they went thataway
I've been researching the above thesis, if you can call a bit of web browsing research, and I'm less sceptical. The key seems to be the work done on mitochondrial DNA, mentioned in the program, but in a way that was perhaps unclear. From the research it appears that our most recent common female ancestor lived in Africa about 200,000 years ago. Actually, I'm feeling sceptical again. If the remains found in Israel and dating to say 100,000 BP represent 'out of Africa' specimens of Homo sapiens [sapiens?] which didn't survive, how can we be so sure that there weren't other crossings of the northern African desert barrier?
But we'll leave that very good question hanging for now and return to mitochondrial DNA. Mitochondrial DNA [mtDNA] is inherited from the mother in most multi-cellular organisms. The reason or mechanism for this isn't entirely clear but it obviously has to do with the fact that the female ovum contains a thousand times or more mtDNA than the male sperm cell. MtDNA is thought to have a different origin from nuclear DNA, possibly originating from bacteria engulfed by the ancestors of our eukaryotic cells.
When we talk of our 'mitochondrial Eve' [that's the most recent common female ancestor, of 200,000 BP], we're talking of the one for Homo sapiens [sapiens?]. Theoretically we should be able to trace a much older mitochondrial Eve [but then she wouldn't be called Eve, perhaps], being the most recent common female ancestor for the whole Homo genus, and then further back to the Pan genus and so on. We can trace things back in this way because of DNA markers called haplotypes. It would take me quite some study to get my head around haplotypes – I'm encountering them for the first time. They're the key to tracing both matrilineal and patrilineal descent through DNA.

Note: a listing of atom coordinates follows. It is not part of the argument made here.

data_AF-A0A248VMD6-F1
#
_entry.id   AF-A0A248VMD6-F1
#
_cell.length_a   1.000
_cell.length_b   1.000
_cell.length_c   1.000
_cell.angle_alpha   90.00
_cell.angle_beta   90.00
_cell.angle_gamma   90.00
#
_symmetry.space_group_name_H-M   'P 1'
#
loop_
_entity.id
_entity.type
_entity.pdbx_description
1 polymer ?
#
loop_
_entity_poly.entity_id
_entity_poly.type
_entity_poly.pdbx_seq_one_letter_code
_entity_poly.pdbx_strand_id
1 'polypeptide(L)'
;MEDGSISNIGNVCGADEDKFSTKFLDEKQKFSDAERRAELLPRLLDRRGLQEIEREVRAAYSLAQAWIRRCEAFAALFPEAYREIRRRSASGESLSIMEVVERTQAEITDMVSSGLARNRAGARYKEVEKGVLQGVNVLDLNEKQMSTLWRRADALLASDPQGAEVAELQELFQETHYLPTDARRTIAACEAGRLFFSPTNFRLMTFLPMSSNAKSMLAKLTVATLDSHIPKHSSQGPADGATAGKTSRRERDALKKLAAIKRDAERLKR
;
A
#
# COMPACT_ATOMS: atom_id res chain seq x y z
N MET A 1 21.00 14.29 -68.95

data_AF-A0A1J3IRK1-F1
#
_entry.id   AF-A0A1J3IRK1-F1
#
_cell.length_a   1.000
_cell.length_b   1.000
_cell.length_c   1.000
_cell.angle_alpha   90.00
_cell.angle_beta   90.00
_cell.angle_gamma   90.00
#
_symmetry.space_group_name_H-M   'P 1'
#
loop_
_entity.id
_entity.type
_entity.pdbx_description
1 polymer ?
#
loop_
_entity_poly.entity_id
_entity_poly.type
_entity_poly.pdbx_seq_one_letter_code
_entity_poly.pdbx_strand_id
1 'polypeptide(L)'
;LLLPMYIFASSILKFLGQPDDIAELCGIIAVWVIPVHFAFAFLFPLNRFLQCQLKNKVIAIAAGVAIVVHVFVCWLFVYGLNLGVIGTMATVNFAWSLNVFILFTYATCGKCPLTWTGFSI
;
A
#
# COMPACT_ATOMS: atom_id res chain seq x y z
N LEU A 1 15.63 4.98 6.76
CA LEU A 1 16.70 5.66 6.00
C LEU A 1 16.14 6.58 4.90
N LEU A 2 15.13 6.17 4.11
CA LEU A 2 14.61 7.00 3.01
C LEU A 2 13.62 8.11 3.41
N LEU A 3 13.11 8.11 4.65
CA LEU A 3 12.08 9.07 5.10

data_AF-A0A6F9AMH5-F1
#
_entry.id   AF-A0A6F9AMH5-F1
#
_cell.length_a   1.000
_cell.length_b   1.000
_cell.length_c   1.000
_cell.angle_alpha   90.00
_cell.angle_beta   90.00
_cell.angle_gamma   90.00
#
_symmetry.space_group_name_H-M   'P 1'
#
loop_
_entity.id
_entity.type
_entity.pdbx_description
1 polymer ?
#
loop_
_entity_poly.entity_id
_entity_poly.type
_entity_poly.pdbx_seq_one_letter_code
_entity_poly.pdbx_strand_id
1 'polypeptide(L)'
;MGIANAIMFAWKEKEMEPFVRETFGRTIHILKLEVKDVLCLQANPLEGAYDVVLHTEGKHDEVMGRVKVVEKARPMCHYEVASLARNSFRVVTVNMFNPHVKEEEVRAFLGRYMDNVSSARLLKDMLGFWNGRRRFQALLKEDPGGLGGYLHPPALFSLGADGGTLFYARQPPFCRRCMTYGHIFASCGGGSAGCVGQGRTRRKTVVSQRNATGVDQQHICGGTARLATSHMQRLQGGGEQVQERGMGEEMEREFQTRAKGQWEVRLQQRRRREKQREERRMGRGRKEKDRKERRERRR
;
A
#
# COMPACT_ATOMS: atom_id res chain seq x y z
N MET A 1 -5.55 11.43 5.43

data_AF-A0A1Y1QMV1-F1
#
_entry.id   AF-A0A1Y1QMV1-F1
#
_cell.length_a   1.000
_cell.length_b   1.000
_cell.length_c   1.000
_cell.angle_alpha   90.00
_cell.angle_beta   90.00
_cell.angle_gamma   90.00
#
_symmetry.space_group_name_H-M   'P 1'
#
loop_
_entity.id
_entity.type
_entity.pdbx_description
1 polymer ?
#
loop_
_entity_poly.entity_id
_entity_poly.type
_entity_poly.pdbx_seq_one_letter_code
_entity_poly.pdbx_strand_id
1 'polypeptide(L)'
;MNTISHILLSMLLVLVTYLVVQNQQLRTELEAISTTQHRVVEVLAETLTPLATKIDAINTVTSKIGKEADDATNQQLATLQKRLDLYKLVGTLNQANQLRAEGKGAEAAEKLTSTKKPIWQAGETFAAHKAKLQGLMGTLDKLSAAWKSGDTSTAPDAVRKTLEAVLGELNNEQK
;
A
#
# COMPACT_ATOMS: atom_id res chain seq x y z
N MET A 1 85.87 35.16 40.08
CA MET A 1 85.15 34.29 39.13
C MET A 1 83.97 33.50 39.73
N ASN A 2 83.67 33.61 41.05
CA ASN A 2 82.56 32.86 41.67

I'm not sure if tracing matrilineal descent is easier than tracing patrilineal descent, but clearly it's a different process. There's no mitochondrial Adam, instead there's a Y chromosomal Adam, a most recent common male ancestor, much more recent than Eve. The most recent literature apparently claims Adam to have lived 60,000 to 90,000 years ago, in Africa – but they confuse things by then saying that this makes Adam some 60,000 to 80,000 years more recent than Eve. As far as I can work out he should be more than 100,000 years more recent. But hey, what's a few tens of thousand of years, in this line of research.
Now if our Adam lived in Africa 60,000 years ago, and our descendants came out of Africa 70,000 years ago... isn't there something wrong there? Okay, we can play with the dating to get our ancestors coming out of Africa after Adam's time, but does that mean that any escapees from Africa before Adam weren't our direct ancestors? Well it must mean that, but could they not be Homo sapiens? Were the people found in the Es Skhul cave not Homo sapiens?
Or maybe they were Homo sapiens without being Homo sapiens sapiens?